Drone operators caught flying unmanned aircraft near any of 133 different military installations will be subject to arrest under new rules taking effect this week, the Federal Aviation Administration said Friday.
Citing “national security concerns,” the FAA said drone hobbyists will no longer be able to conduct unauthorized flights near military bases starting Friday, April 14.
“The FAA and the Department of Defense have agreed to restrict drone flights up to 400 feet within the lateral boundaries of these 133 facilities,” the agency said in a statement.
The policy change marks the first time ever the FAA has instituted airspace restrictions that apply solely to unmanned aircraft, according to the statement.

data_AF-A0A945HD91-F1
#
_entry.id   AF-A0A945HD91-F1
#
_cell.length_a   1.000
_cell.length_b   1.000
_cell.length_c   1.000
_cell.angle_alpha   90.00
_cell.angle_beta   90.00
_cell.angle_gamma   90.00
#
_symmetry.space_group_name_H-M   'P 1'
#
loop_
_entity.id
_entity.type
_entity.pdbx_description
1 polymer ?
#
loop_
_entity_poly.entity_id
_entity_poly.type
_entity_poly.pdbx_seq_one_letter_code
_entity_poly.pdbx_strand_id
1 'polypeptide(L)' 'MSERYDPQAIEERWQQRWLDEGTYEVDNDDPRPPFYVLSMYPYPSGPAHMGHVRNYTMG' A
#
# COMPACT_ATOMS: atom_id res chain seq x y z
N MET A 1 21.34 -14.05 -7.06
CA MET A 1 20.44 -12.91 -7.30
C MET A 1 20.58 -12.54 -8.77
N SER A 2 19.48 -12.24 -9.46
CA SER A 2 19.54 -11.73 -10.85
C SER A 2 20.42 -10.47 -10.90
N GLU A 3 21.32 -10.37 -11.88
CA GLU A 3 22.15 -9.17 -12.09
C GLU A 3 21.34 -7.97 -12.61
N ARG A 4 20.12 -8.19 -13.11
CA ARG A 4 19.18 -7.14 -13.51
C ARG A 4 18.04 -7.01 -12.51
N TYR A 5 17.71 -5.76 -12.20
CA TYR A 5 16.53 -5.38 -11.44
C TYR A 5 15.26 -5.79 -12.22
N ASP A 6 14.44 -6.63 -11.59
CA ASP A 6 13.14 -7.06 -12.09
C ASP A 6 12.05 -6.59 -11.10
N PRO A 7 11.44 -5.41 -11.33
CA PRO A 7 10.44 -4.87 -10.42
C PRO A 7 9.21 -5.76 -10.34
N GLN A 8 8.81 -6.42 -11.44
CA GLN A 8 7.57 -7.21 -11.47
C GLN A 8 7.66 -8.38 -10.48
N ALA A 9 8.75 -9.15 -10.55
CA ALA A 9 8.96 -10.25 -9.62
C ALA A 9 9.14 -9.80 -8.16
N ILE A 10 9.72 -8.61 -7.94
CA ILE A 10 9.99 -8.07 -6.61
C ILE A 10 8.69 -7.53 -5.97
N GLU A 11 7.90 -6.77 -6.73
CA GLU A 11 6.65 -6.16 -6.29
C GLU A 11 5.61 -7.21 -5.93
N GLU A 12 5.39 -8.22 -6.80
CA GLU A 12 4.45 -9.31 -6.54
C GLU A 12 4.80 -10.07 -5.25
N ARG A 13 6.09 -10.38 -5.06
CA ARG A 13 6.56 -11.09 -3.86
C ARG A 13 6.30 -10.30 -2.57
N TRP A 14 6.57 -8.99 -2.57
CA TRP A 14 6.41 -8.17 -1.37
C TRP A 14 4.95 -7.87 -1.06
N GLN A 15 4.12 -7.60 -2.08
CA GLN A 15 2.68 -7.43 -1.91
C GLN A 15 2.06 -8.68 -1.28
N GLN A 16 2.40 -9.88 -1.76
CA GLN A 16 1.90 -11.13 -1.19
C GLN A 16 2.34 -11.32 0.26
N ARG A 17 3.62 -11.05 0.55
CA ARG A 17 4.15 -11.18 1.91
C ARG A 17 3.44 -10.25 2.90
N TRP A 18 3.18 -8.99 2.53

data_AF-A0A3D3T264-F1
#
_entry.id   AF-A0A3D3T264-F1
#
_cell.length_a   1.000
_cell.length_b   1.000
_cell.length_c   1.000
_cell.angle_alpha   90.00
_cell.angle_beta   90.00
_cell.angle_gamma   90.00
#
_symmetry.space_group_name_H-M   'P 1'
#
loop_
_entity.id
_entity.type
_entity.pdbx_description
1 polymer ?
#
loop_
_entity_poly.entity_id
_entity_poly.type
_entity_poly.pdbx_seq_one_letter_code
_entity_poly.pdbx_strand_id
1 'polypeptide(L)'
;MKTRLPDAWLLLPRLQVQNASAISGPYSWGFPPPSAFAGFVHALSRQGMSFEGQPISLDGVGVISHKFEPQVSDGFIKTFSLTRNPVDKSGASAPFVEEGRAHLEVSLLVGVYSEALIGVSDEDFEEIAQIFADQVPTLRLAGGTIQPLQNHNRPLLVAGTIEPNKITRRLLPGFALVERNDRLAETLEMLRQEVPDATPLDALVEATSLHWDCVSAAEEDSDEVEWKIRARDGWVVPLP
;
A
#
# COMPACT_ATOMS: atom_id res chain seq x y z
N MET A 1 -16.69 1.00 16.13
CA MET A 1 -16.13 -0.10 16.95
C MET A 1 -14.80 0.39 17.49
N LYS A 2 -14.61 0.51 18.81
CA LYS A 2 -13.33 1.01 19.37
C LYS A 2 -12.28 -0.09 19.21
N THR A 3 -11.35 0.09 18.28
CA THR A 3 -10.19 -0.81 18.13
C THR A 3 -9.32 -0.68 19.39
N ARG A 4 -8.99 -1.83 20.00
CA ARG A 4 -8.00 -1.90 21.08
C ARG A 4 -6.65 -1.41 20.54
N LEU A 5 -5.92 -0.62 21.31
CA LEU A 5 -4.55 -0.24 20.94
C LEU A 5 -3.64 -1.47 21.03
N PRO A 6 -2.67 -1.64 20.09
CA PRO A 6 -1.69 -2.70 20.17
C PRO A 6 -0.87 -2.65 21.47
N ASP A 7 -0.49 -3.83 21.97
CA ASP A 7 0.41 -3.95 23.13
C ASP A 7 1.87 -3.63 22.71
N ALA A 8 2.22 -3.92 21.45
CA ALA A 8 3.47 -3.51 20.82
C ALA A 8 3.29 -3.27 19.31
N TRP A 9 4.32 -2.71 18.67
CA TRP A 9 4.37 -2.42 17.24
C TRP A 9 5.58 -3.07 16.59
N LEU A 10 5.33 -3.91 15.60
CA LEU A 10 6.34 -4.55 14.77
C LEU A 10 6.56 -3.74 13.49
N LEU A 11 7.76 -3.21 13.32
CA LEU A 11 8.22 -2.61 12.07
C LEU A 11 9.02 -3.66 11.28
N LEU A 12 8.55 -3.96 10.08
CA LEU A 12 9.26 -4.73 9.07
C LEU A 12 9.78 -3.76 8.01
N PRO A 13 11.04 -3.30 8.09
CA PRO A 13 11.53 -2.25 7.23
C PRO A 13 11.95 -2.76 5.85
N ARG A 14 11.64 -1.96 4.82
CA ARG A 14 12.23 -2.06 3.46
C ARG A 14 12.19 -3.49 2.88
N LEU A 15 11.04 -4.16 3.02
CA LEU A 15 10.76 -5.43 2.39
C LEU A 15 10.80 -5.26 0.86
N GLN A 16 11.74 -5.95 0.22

“Operators who violate the airspace restrictions may be subject to enforcement action, including potential civil penalties and criminal charges,” the statement said.
The number of small, hobbyist drones in operation is expected to surge from about 1.1 million in 2016 to 3.55 million in 2021, the FAA predicted in a report published last month. Commercial drones, meanwhile, are expected to grow ten-fold during that same span from about 42,000 in 2016 to 442,000 in 2021, according to the report.
The number of people flying unmanned aircraft is expected to grow by about 69 percent annually over the next 5 years, the FAA report said.
Existing federal rules already restrict drone operators from flying unmanned aircraft near sports stadiums, airports and the vicinity of Washington, D.C.